What it takes to shoot on the streets of Nairobi
Nairobi’s beauty has many people – especially photographers – wanting to click away at every junction. Nowadays, it isn’t unusual to see a photographer or two taking long exposures of the city after dark, or posing newly weds on a median over the weekend. Just like any activity held in a public space in Nairobi, permissions should be obtained for commercial photography on the streets of our city, and here’s how to get them.
1. Obtain a Permit from the Department of Filming Services.
They are located at the Kenya School of Mass Communications in Nairobi’s South B suburb. You however can’t just walk in and get one; government rules state you have to go through a filming agent. There’s a list of filming agents here. It’s not current though. I requested an updated one from the DFS and more than a week later, I’m yet to receive it. You’ll also need to fill this form and pay Kshs5,000/- per day for commercial photography, plus Kshs1,000/- application fee, and whatever the filming agent’s fees will be for the service.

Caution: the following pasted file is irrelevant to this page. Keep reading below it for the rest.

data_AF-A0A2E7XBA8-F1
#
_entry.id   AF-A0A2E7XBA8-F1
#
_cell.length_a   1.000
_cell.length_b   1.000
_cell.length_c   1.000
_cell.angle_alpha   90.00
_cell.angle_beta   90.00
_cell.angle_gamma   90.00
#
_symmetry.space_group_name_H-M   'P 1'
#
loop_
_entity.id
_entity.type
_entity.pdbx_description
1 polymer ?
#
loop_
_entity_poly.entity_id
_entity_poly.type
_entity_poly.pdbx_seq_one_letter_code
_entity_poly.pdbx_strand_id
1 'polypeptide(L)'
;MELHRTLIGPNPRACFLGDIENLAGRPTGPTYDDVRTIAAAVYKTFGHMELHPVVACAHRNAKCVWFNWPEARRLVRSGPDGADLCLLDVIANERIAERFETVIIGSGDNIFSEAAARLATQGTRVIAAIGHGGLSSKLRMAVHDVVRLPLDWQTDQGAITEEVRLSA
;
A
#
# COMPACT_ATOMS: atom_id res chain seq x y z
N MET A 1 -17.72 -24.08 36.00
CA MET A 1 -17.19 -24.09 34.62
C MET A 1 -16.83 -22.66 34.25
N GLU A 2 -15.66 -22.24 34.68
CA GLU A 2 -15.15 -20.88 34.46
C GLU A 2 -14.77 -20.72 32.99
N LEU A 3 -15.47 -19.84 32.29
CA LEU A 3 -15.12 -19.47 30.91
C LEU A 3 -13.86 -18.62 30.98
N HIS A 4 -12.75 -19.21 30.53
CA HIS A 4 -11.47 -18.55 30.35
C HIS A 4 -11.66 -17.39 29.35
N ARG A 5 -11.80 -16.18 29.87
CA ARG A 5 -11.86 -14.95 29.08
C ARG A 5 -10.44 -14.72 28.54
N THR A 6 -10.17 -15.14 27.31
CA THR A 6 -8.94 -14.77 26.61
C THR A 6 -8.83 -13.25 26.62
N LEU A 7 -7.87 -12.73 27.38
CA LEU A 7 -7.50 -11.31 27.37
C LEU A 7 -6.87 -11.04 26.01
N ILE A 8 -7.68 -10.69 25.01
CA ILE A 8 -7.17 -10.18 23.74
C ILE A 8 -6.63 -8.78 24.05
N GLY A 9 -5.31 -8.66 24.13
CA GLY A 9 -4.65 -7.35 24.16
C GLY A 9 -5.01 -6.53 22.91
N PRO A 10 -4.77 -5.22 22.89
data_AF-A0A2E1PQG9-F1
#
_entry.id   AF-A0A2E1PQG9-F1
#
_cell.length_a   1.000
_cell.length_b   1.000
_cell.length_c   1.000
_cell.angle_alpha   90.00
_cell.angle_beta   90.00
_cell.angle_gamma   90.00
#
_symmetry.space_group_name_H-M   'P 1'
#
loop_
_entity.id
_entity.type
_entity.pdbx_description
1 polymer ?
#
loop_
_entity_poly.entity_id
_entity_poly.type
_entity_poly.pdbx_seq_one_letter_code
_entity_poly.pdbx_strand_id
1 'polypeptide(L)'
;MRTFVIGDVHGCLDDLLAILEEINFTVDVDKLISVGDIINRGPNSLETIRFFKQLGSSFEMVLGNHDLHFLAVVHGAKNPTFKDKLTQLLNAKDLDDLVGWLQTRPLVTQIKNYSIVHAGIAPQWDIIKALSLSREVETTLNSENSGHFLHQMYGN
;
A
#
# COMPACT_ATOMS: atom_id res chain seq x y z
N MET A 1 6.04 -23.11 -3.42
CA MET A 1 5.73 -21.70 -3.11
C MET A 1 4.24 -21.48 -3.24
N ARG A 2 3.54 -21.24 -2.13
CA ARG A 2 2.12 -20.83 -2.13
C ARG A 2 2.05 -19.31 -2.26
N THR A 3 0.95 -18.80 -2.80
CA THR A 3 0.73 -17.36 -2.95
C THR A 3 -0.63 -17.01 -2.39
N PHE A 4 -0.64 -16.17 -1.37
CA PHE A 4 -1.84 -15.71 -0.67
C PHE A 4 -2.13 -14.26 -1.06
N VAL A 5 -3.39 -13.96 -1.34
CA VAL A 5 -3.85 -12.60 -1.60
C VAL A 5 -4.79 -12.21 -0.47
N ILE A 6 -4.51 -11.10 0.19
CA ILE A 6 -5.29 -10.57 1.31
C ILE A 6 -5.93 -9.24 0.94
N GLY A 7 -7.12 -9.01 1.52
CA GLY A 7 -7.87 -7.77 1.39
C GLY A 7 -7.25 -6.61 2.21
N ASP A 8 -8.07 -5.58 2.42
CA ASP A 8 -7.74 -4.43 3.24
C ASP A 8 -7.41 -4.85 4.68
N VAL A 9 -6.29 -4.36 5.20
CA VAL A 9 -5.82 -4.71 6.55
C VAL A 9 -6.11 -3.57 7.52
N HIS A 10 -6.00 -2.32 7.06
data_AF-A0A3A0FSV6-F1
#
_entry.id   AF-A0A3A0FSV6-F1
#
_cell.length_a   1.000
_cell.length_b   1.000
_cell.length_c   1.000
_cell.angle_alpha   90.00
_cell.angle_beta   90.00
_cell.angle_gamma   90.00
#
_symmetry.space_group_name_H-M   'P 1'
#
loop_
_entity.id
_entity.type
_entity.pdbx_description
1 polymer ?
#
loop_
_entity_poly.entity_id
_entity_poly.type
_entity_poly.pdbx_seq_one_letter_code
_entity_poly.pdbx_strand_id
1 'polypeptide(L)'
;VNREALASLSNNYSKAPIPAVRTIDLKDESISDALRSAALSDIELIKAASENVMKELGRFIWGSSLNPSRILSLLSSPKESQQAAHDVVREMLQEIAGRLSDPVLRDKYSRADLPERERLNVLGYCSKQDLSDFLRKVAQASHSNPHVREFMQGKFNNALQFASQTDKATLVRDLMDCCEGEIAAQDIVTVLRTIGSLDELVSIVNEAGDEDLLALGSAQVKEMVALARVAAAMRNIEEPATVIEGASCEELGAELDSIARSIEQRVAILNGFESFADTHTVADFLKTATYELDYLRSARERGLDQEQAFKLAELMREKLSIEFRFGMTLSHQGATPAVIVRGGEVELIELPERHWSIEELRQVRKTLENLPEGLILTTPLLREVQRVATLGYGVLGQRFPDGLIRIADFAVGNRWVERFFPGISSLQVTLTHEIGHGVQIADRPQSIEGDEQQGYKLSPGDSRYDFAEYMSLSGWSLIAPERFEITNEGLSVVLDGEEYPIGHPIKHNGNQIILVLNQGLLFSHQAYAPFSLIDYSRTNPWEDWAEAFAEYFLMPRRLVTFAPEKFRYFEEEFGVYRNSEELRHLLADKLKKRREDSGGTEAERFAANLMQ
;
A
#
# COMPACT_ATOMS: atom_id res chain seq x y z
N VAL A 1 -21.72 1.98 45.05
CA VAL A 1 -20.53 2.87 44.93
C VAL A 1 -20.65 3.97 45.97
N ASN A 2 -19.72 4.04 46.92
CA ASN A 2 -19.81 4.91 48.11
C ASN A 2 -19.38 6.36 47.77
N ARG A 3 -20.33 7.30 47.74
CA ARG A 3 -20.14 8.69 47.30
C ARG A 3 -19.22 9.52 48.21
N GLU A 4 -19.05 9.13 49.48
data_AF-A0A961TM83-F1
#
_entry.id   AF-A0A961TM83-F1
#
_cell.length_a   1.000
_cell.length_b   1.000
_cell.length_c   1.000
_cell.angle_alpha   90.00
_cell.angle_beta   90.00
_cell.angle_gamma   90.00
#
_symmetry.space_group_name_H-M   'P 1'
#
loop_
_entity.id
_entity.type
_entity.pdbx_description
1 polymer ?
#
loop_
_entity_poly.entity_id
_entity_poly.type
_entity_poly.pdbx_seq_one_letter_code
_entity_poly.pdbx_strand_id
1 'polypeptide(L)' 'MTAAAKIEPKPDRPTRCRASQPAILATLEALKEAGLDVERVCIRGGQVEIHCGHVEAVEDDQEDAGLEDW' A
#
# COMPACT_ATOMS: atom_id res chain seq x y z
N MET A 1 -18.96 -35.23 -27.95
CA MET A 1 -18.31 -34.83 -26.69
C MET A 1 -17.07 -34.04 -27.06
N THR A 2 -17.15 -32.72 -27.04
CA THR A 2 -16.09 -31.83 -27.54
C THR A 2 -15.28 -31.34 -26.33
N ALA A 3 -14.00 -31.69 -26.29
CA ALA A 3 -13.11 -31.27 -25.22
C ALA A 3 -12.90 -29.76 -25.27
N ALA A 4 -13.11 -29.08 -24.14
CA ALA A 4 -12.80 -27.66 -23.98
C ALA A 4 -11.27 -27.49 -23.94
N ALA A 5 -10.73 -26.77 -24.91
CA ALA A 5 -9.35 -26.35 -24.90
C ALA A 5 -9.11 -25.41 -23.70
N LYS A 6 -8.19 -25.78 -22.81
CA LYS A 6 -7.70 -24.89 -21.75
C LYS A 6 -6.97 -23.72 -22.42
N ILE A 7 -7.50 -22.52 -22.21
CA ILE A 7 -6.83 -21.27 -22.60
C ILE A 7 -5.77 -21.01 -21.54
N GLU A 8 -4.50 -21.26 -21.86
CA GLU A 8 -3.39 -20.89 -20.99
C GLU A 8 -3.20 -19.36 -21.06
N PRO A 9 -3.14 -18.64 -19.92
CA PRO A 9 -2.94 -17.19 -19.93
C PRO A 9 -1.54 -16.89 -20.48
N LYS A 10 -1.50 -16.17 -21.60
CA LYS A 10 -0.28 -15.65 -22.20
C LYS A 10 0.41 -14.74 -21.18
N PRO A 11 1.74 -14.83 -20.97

2. Visit the Central Police Station.
This is the Police Station at the corner of University Way and Harry Thuku Road. You’ll need to present a written letter to the OCPD stating what you’ll be shooting, when you’ll be shooting it with specific dates and times, and where you’ll be shooting, naming streets and roads you’ll be on. If you intend to block off some roads or interfere with the flow of human or vehicular traffic, then extra permissions will be needed. The Police will advise you on what you’ll need for this. Once the OCPD approves your request, you’ll then take your stamped and signed approval letter to…
3. City Hall Annex, 4th floor.
This is where the Department of Urban Planning seat. You’ll take to them the letter signed and stamped by the Central Police Station bosses and they’ll issue you with an invoice of Kshs3,640/- per day of photography which you’ll pay at the City Hall Cash Office.
Once your payment is received, you will be good to go ahead and shoot on the streets of Nairobi CBD within the parameters stated in your approval letter. Make sure you have all your documents on you when shooting – preferably the originals – so that when the Police or County Askaris stop you, you can prove to them you are shooting legally.
It is quite a tedious process but in a country where photography is associated with terrorism, it’s better to stay on the right side of the law than take risks.